Waln Brown


“It Takes One to Know One”: The Need for Alumni Leadership in Child Welfare

“You’re an orphan, right?  Do you think I’d know the first thing about how hard your life has been, how you feel, who you are because I read Oliver Twist?  Does that encapsulate you?”


Protecting the Mental Health of Foster Youth

Devastating life events such as chronic family dysfunction, abuse and neglect, multiple placements, poor decisions by the court or mistreatment by court-appointed caregivers take a toll on the immature mind. To cope, we may withdraw into a prickly shell to protect our minds from the confusion and our hearts from the pain.


How One Good Administrative Decision Can Reclaim a Child’s Life

Second chances can sometimes right a poor administrative decision. Such was the case for this confused teenager. Two months after returning home from the state hospital, he quit attending school. After all, his immature mind reasoned, it’s legal to quit school at 16 and, besides, he just didn’t have the brains or the interest.


How One Bad Administrative Decision Can Derail a Child’s Life

A lifetime ago, a confused 12-year-old boy finally came unraveled. The accidental offspring of a fling between a high school junior and her older band leader boyfriend, he had spent far too long overhearing his parents’ shouting matches.


The Psychological Consequences of Separating Siblings in Foster Care

The psychological stigma associated with being labeled an “orphan,” “foster child,” “ward of the court” or “at-risk youth” can play havoc with one’s self-esteem. The terms used to describe our lowly social status say that we are less than other kids: less fortunate, less worthy, less good, less capable, less important, less lovable … less almost everything.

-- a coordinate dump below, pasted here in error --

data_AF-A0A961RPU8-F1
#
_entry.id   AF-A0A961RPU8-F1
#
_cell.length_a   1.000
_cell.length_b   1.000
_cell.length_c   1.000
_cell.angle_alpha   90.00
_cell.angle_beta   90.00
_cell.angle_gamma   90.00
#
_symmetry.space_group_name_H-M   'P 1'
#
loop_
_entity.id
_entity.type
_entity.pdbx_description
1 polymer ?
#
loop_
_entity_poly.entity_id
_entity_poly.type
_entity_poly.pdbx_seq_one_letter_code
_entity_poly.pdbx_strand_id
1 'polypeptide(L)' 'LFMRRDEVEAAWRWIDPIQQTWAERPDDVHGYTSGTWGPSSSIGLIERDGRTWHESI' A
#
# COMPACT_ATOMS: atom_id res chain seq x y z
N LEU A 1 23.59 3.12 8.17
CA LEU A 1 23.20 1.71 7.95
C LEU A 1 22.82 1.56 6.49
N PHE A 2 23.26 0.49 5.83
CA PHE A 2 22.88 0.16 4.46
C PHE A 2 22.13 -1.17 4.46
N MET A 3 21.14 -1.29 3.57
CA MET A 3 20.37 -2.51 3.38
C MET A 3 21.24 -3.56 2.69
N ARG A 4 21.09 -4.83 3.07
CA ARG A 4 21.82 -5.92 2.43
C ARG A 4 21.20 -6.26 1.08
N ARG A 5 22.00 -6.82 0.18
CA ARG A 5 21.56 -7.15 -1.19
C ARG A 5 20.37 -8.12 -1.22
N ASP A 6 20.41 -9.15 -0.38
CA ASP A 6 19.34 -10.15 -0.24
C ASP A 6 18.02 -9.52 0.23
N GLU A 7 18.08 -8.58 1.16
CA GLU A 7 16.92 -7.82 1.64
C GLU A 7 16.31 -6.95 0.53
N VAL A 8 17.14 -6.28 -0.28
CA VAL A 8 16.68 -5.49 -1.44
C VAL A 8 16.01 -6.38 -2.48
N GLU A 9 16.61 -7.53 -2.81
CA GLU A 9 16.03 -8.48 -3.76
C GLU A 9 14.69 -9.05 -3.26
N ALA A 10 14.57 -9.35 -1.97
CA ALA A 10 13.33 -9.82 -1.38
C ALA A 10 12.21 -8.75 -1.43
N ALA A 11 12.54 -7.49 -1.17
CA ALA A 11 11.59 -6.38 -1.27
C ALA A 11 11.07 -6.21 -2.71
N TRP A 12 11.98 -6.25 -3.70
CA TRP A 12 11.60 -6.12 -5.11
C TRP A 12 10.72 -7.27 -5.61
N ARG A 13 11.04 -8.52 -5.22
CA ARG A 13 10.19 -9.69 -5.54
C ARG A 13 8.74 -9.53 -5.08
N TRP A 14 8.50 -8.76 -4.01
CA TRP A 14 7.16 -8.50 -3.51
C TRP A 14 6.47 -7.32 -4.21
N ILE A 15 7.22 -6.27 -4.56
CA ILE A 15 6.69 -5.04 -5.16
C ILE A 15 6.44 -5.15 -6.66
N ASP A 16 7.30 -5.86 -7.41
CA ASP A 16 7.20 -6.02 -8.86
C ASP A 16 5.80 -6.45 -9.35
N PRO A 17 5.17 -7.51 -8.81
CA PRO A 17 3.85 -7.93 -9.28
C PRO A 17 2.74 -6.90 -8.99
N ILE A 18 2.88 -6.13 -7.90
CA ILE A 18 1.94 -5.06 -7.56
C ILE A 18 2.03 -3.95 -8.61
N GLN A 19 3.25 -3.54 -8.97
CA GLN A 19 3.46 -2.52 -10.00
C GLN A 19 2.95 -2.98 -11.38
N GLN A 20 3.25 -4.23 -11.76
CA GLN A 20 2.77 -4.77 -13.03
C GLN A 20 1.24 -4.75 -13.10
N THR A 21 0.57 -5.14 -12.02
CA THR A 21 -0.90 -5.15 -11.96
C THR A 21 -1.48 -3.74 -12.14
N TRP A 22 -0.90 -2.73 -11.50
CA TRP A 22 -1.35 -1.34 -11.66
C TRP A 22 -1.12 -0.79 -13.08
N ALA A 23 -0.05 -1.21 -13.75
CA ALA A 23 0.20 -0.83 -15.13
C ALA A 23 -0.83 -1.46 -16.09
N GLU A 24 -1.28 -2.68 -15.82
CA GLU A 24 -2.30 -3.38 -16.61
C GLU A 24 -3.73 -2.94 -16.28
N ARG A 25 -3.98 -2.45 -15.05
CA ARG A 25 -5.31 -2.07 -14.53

Why Do Government Lawyers Run the Child Welfare System?

The foster care alumni movement asserts that child welfare professionals must meet increasingly higher standards of knowledge the more they influence the lives of at-risk youth. This is especially true for non-alumni whose decisions affect the most foster children.


    Who Says Kinship Care is a “Best Practice?” Not These Alumni!

    Without due consideration for alumni feedback, politicians, judges, social workers and other policymakers have deemed kinship care a “best practice.” But what if this seemingly logical assumption is not a panacea at all, but, rather, another danger zone; further evidence of the necessity of listening to what alumni know from personal experience?


    Foster Families or Orphanages: What do Alumni Say?

    Prior to President Teddy Roosevelt’s 1909 White House Conference on the Care of Dependent Children, institutional placement was considered the “best method” of caring for dependent youth. Boards of trustees comprised of community leaders volunteered to oversee the operation of these institutions.


    A History of Exploiting America’s Foster Youth: Part Three

    Note: This is part three of a three-part look by columnists and former foster youth Waln Brown and John Seita about the darker side of foster care in America. Click here to read Part One, and click here to read Part Two.